Guardian in mother of all pro-terror suspect fiascos, again
The Guardian yet again runs support for a great Islamist hater; advocate of murdering Jews and apostates from Islam.
From the newspaper that gave you tears at the fall of the Berlin Wall at its 20th anniversary, blow-back-the-yanks-deserved-it over 9/11, platforms for Hamas, and the whole general hate campaign against Israel, we have a sweet and lovely one over the landmark deportation to Jordan from Britain of one Abu Qatada this week.
Qatada was described by Spanish prosecutors, among many others, as "the spiritual leader" of al-Qaeda in Europe and there has been a struggle lasting over a decade to get him deported from the UK. True to form, he has had the support of anti-Western apologists who, in some cases even befriended him.
This is from Guardian columnist Victoria Brittain. Just a couple of juicy snippets:
"Our security services and politicians turned this man into an Islamic counter-terrorism myth. If instead they had chosen to talk to him, as I have many times, they would have found that the man behind the myth is a scholar with wide intellectual and cultural interests. He wrote books while he was in prison. His home is filled with books. His children have excelled at school, with help and encouragement from his daily phone calls from prison."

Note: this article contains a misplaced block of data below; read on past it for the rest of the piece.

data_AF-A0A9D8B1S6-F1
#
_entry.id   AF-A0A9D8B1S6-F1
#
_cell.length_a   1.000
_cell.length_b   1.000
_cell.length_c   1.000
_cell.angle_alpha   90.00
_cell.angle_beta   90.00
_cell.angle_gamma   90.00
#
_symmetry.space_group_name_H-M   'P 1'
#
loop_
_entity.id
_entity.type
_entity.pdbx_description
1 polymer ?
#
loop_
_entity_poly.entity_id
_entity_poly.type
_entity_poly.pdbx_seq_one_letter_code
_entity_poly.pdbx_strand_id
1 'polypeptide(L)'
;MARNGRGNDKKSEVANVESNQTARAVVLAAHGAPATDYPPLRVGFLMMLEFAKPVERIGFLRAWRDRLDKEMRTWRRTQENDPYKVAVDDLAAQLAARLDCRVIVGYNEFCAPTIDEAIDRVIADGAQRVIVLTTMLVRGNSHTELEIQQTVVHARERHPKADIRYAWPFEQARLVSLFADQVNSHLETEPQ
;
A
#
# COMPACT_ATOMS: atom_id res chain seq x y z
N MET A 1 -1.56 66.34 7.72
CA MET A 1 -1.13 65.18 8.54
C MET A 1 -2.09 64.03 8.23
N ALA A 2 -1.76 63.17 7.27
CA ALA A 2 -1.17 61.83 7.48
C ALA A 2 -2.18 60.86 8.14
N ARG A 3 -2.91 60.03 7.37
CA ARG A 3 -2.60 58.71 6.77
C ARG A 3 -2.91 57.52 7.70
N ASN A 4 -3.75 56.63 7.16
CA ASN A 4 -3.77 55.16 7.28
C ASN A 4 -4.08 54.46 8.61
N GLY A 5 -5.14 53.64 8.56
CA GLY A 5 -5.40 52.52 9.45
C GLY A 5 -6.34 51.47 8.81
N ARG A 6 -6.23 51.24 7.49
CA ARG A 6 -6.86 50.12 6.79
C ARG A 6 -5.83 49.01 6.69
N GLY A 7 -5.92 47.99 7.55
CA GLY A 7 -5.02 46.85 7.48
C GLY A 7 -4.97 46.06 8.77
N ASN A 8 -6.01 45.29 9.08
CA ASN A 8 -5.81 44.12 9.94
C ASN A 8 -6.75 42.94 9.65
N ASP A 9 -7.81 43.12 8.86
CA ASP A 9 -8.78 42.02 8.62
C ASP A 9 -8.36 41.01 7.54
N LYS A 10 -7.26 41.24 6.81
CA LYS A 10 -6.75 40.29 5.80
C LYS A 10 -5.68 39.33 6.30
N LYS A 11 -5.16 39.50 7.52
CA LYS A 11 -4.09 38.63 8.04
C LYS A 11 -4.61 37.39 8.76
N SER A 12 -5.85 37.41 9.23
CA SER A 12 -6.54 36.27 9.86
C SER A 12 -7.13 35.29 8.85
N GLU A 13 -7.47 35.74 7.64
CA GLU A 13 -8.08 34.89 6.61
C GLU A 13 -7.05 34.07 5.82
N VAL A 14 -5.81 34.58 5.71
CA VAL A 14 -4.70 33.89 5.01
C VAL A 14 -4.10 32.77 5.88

Kids, schools, books? Goodness. But there's more:
"I've been struck by his dignity and lack of bitterness over the treatment he and his family have suffered and I believe that, rather than being scapegoated, his moral standards could have been useful in engaging Muslim youth and healing the wounds in our divided society."
Marvellous. Now, here's why the British government fought tooth and nail to get him deported.
Well even the Guardian has reported that in March 1995, "the preacher issues a fatwa saying it is justified to both kill Muslims who renounce their faith and kill their families," and the paper also reported that in 1999, he made "a speech in London that advocates the killing of Jews and praises attacks on Americans."
In April 2002 (this is the Guardian's own news team again, by the way): "Police in Germany find recordings of some of his radical sermons in a home used by some of the September 11 attackers."
Oh, joy to be a Guardian columnist. And welcome to modern Britain..
Read more on: abu qatada, Why won't the BBC call Abu Qatada an extremist?, The Commentator and Abu Qatada, BBC refuse to call Abu Qatada an extremist, Deport Abu Qatada to Jordan, King Abdullah of Jordan, Jordan, and Victoria Brittain
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